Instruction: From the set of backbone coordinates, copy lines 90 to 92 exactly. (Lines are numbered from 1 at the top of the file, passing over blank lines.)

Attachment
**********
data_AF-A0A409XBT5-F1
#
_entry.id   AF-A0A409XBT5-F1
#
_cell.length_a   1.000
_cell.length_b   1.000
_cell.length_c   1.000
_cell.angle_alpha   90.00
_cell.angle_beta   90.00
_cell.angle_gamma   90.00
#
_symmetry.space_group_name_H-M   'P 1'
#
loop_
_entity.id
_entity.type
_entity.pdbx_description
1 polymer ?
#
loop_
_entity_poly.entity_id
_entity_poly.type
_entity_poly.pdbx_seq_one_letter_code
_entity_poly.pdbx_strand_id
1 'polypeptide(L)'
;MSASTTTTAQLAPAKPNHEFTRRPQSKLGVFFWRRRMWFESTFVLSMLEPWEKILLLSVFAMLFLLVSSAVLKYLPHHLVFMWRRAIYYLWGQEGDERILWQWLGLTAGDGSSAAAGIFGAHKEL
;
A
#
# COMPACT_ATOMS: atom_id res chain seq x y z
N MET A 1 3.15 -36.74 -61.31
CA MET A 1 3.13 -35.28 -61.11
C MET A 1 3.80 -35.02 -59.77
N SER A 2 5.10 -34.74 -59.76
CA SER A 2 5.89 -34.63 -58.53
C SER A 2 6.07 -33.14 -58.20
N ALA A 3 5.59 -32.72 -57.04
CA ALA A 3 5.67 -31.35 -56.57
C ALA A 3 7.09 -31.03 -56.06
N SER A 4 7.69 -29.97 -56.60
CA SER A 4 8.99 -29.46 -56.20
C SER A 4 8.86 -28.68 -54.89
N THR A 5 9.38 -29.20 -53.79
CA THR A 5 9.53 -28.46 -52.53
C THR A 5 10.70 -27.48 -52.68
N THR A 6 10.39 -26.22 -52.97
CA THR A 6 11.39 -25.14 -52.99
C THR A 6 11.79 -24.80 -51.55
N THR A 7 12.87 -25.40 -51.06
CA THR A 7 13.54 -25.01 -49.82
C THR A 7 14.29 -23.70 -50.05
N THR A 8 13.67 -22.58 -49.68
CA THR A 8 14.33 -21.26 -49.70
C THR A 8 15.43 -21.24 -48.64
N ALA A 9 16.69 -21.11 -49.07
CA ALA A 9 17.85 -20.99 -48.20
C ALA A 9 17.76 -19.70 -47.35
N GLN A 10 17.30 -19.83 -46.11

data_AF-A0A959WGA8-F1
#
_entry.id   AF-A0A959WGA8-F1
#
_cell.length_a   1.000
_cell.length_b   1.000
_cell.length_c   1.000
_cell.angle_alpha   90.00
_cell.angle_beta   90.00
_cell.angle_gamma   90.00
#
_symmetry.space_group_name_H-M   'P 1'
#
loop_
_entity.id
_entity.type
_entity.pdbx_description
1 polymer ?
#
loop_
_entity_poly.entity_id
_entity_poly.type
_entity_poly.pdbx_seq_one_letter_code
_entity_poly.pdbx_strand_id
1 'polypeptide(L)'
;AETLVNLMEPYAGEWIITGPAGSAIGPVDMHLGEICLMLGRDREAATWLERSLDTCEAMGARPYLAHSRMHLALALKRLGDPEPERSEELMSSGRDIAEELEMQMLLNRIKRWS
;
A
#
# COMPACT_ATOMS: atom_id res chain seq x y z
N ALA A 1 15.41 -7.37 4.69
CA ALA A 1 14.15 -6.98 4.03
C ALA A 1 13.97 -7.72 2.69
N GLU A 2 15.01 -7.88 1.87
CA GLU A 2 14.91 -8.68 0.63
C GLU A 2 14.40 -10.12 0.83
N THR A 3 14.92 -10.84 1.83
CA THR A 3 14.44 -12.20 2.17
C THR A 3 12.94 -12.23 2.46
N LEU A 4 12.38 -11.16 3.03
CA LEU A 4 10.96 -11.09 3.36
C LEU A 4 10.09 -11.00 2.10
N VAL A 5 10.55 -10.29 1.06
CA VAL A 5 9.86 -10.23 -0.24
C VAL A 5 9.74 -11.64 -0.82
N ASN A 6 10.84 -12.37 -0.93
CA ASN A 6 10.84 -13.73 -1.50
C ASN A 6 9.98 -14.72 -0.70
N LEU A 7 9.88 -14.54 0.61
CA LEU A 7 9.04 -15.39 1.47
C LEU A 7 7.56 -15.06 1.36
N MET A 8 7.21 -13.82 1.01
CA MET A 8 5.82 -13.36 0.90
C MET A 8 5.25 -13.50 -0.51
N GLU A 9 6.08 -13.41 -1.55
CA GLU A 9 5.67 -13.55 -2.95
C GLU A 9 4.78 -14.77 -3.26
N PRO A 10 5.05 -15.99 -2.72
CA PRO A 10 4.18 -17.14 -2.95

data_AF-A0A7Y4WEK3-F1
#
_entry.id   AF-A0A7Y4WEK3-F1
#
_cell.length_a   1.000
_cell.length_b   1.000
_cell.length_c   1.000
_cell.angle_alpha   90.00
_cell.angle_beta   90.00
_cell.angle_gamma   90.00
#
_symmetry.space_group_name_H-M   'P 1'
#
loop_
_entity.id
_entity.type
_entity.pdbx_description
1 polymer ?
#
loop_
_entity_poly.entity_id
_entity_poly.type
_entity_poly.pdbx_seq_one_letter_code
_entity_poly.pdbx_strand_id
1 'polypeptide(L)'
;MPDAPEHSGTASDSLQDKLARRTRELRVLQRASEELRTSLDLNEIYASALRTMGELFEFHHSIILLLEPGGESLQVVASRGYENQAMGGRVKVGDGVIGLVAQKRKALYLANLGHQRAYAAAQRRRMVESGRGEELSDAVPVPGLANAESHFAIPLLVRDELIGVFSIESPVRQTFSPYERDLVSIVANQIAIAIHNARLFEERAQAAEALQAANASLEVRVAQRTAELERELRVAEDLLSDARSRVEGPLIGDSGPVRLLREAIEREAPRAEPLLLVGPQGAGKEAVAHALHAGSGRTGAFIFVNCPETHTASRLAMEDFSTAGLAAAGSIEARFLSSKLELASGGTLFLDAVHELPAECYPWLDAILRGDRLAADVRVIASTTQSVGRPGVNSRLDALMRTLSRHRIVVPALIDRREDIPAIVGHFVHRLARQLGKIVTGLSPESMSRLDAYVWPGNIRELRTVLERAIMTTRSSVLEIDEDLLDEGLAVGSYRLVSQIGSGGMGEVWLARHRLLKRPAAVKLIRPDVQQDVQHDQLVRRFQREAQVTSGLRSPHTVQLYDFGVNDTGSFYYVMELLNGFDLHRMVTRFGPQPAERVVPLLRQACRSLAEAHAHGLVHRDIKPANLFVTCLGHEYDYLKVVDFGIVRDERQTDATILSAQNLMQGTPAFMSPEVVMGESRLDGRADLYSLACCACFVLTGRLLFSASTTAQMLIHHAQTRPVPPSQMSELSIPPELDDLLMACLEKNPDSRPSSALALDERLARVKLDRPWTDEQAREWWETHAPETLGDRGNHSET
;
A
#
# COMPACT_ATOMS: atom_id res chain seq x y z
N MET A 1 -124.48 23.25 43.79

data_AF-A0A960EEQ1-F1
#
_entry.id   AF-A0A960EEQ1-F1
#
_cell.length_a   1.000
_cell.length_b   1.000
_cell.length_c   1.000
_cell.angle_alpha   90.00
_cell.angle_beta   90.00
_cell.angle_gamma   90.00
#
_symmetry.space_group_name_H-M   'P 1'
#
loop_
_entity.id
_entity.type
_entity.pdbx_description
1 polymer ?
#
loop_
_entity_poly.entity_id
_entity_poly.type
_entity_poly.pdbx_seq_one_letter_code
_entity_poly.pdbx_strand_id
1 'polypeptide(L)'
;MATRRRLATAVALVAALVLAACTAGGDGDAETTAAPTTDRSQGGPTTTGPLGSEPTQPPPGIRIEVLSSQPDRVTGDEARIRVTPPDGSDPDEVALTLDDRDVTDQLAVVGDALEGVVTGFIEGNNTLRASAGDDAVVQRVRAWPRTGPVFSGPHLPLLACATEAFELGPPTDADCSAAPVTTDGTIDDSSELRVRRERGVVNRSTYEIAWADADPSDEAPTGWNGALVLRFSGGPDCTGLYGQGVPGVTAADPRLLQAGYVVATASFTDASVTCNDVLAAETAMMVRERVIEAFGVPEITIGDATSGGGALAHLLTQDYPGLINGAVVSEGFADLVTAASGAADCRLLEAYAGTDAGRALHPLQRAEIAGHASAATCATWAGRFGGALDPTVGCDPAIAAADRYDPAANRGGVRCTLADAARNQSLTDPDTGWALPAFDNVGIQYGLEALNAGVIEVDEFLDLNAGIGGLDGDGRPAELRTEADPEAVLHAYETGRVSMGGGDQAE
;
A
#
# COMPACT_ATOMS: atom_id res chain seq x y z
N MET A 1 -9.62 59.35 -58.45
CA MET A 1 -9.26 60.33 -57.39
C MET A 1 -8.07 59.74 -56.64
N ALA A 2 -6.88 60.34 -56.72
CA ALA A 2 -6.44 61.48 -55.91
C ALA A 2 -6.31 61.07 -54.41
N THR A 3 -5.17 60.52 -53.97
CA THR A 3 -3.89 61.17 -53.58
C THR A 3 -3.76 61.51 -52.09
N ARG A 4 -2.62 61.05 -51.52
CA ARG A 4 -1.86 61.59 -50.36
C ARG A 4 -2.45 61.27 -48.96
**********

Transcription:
CA ALA A 1 14.15 -6.98 4.03
C ALA A 1 13.97 -7.72 2.69
N GLU A 2 15.01 -7.88 1.87